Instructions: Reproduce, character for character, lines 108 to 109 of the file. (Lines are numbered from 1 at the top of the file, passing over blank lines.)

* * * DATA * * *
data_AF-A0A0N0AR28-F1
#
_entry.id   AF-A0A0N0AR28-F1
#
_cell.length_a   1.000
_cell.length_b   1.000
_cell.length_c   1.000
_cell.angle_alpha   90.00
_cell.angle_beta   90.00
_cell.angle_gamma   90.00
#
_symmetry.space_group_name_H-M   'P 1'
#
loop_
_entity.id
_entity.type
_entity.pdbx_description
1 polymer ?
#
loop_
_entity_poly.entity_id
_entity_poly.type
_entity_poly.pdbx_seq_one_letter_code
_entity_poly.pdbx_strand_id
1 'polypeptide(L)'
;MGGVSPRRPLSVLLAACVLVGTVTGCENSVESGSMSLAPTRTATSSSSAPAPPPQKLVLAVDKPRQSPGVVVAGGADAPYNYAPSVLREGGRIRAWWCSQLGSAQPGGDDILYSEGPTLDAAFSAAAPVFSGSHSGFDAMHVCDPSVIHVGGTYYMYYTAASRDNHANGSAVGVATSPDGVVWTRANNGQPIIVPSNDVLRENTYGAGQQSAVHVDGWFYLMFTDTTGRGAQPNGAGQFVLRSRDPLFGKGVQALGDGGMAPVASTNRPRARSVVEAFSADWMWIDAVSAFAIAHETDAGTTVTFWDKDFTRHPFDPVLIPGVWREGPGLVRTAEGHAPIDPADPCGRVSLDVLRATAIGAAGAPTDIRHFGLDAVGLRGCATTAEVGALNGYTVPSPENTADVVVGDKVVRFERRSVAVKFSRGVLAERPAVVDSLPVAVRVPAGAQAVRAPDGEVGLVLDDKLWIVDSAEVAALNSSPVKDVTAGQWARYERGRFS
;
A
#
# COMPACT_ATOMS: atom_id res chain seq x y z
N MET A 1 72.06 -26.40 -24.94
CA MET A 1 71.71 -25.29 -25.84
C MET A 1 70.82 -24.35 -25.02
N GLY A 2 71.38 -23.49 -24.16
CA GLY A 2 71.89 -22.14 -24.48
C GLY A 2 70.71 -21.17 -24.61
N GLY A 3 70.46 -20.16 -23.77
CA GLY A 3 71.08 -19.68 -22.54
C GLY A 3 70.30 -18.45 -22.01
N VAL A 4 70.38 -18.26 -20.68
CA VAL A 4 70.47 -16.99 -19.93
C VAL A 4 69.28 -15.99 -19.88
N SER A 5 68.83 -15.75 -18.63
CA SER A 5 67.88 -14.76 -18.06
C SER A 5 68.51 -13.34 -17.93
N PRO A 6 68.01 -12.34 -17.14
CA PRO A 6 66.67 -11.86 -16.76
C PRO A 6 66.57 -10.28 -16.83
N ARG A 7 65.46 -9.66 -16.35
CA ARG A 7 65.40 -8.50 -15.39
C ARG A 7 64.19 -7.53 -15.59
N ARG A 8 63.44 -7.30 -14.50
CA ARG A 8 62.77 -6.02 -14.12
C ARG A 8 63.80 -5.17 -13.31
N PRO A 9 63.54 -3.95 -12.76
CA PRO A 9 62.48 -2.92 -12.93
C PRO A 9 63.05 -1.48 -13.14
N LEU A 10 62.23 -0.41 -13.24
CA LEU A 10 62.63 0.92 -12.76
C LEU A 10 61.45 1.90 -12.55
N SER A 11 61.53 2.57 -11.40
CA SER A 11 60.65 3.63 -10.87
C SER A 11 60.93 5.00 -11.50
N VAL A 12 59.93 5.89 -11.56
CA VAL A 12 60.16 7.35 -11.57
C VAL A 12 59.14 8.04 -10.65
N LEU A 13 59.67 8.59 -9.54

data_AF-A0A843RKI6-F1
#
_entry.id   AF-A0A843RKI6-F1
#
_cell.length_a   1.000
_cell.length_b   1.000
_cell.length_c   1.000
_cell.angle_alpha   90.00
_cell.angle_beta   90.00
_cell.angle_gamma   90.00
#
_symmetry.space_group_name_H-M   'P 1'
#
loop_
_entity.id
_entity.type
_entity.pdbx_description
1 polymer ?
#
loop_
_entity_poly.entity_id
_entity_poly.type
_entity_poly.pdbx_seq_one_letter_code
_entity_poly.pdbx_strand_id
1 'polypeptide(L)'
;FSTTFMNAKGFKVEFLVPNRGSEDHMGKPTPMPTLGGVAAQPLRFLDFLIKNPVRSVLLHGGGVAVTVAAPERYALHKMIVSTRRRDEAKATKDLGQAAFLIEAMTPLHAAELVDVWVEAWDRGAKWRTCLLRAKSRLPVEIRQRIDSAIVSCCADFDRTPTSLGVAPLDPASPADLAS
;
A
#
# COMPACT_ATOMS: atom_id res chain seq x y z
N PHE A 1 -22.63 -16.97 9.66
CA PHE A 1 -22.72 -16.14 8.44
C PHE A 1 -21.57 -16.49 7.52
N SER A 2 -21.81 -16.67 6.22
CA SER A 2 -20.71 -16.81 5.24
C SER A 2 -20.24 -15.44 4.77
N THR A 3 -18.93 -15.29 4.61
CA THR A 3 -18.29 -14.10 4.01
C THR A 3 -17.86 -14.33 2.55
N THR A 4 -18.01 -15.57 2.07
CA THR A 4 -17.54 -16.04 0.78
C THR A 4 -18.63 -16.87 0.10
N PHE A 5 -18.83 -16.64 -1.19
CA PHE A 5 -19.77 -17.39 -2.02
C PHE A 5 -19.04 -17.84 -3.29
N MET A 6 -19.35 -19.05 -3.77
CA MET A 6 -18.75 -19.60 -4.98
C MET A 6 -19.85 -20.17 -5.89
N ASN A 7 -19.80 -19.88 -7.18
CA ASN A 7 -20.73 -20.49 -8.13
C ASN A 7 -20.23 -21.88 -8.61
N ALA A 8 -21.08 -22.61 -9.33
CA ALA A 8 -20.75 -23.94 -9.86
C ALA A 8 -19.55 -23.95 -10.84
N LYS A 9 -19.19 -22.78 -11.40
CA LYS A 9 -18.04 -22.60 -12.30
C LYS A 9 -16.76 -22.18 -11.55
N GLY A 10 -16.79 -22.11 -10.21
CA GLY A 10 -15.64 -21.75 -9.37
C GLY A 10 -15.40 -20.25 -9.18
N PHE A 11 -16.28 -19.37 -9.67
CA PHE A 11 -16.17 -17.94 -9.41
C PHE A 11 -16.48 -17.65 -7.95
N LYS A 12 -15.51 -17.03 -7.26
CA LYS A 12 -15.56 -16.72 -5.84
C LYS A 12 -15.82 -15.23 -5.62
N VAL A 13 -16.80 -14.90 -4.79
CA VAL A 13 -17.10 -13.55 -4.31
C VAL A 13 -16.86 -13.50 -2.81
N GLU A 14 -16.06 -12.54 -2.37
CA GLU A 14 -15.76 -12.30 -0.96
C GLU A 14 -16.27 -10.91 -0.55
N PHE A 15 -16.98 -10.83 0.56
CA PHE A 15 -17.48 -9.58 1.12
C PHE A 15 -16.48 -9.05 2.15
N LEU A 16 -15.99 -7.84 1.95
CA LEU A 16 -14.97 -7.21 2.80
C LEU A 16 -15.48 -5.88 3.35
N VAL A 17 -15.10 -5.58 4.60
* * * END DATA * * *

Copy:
CA THR A 4 -17.54 -16.04 0.78
C THR A 4 -18.63 -16.87 0.10